Sanofi Takes A Deep Dive Into RNA With Alnylam Deal

Sanofi Takes A Deep Dive Into RNA With Alnylam Deal

In contrast to Merck , Sanofi is stepping up in a big way to gain exposure to the RNA interference (RNAi) therapeutic class. Sanofi announced Monday morning that it would acquire a 12% stake in Alnylam as well as forge a far-reaching partnership for multiple pipeline projects under way at Alnylam. With this deal, Sanofi gets a valuable "seal of approval" from Big Pharma and will also significantly expand its commercialization options for its pipeline. For Sanofi, the company gains access to a therapeutic/treatment approach to rare diseases where IP is precious and where sentiment has shifted from enthusiasm to despair and back again to rampant enthusiasm.

The Terms

Sanofi and Alnylam announced that Sanofi will be buying newly issued shares equivalent to a 12% position in Alnylam at $80 per share, a greater than 20% premium to Friday's close and a roughly $900 million investment for the large French pharmaceutical company. Not unlike Sanofi's relationship with Regeneron, this may may prove to be a "starter" position, as Sanofi has the right to increase its ownership up to 30% of Alnylam shares.

Sanofi isn't doing this deal just because the folks at Alnylam are a great group of people. In exchange for the investment, the two companies are expanding an existing relationship and forging a new one that could ultimately prove quite broad.

The two companies had a preexisting marketing agreement for patisiran, Alnylam's late-stage drug candidate for familial amyloid polyneuropathy (or FAP), but it only covered Asian markets. Now Sanofi will have rights to all areas outside of the U.S. and western Europe, with the customary milestones and tiered royalties going back to Alynylam.

This deal also gives Sanofi the option to acquire rights to other Alnylam programs. Sanofi will be acquiring the worldwide rights to ALN-TTRsc (for familial amyloidotic cardiomyopathy, or FAC), with the two companies co-developing and co-promoting in the U.S. and Western Europe. Sanofi will also have the right (through 2020/2021) to create a similar deal for either ALN-AT3 (hemophilia) or ALN-AS1 (porphrias) and one additional rare disease that is not presently part of the explicit Alnylam 5x15 pipeline.

Why Do This Deal?

Alnylam isn't exactly hurting for funds right now, so why do this deal? For starters, I happen to believe there was likely a low-key auction process going on, as multiple Big Pharma players have been sniffing around the space. With that, Alnylam had the option to do a deal on solid terms at a time when there was more than one potential partner in the market.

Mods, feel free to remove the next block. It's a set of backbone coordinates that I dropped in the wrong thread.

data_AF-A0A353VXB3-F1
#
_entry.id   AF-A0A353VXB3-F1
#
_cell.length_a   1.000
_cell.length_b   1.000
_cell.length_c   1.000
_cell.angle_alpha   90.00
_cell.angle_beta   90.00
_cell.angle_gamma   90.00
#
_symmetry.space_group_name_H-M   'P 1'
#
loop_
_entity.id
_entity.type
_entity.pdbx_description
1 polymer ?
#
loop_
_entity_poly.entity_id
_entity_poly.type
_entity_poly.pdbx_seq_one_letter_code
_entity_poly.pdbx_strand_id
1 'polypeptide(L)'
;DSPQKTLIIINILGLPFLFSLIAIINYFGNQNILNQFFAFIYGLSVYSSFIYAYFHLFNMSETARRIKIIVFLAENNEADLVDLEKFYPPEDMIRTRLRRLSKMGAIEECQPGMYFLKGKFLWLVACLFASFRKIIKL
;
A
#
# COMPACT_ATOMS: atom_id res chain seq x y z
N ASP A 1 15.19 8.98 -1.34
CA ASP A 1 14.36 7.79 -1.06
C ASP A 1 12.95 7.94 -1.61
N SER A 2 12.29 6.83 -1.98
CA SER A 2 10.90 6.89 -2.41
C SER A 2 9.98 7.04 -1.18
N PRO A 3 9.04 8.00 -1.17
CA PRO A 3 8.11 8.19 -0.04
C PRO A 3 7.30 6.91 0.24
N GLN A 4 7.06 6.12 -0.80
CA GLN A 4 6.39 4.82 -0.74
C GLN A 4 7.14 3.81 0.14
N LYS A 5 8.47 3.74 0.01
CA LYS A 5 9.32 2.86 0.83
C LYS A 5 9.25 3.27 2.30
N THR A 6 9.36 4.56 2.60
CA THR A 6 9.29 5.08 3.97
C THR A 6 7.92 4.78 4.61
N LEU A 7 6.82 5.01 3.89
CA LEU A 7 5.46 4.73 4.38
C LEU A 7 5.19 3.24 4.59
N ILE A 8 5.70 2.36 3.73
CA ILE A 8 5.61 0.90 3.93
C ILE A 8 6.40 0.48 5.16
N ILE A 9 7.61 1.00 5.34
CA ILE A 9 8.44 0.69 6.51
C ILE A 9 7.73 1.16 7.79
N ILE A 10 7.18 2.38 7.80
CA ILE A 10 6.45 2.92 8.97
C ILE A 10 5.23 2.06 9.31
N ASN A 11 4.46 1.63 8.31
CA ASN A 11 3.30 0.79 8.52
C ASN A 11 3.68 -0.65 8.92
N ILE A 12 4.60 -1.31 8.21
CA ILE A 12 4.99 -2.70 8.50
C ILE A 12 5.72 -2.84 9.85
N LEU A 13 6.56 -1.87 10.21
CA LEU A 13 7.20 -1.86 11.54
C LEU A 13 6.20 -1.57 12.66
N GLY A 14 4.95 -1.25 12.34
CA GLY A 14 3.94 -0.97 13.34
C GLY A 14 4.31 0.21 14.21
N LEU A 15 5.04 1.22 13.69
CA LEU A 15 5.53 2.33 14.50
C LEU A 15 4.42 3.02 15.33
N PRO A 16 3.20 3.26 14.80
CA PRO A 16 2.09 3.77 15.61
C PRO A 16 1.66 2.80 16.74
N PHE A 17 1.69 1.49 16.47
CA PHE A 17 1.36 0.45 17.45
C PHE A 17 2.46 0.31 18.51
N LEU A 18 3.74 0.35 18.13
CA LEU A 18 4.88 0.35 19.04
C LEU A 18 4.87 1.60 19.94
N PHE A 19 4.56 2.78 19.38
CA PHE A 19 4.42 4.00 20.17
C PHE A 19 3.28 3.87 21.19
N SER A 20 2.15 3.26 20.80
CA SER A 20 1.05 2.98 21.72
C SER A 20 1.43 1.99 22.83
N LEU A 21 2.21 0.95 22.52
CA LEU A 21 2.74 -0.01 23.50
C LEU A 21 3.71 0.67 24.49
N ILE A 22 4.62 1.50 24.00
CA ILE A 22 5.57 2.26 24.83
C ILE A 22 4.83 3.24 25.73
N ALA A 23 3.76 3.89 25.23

Second, this deal gives Alnylam an invaluable "gold seal of approval" that will allow the company to raise funds on more advantageous terms. With that, I'd be surprised if Alnylam did not announce a follow-on offering in the next few weeks or months to take advantage of this run in the stock to "top off the tanks" so to speak.

Last and not least, Sanofi's Genzyme unit is an invaluable partner to have in the rare disease marketplace. While companies like Alexion have definitely shown that a small company can establish its own marketing presence for rare diseases in the U.S. and Europe, Alnylam can now leverage Genzyme's existing sales infrastructure outside of these markets to maximize the sales potential and value of the drugs.

From the standpoint of Sanofi, this gives the company added exposure to the emerging RNAi space and additional rare disease shots on goal. While Sanofi has an existing relationship with RNAi/antisense developer Isis for the hypercholesterolemia drug Kynamro, Isis has multiple other partnering arrangements and arguably lacks the depth of delivery technology that Alnylam can bring to the table. It's also worth noting that Isis is partnered with GlaxoSmithKline for amyloidosis and Alnylam has chosen to focus more specifically on rare diseases with its RNAi platforms.

The Bottom Line

For Sanofi, this represents a relatively small investment (less than 1% of market cap) to acquire access to multiple potential billion-dollar drugs. It also gives the company a solid foothold in one of the leading RNAi companies and the option to take that relationship even further if Alnylam's clinical and pipeline developments establish RNAi as a must-have therapeutic category to rival approaches like antibodies. All things considered, it's the sort of deal Sanofi ought to be doing, but not a huge value-changer in the short run.

For Alnylam, this does not change the clinical risk of the pipeline whatsoever, but it does certainly improve the company's market perception. Having a solid partner to market its drugs with (and share some of the development costs) is a plus, no doubt, but most of the value here is in making investors feel better about the approach. While I remain a shareholder of Alnylam and directionally bullish, I can't help but note that Alnylam investors have seen this sort of enthusiasm about RNAi before, and it will be the clinical results that determine whether it can last.

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Stephen D. Simpson, CFA owns shares of Alnylam Pharmaceuticals. The Motley Fool recommends Alnylam Pharmaceuticals and Isis Pharmaceuticals. Try any of our Foolish newsletter services free for 30 days. We Fools may not all hold the same opinions, but we all believe that considering a diverse range of insights makes us better investors. The Motley Fool has a disclosure policy.

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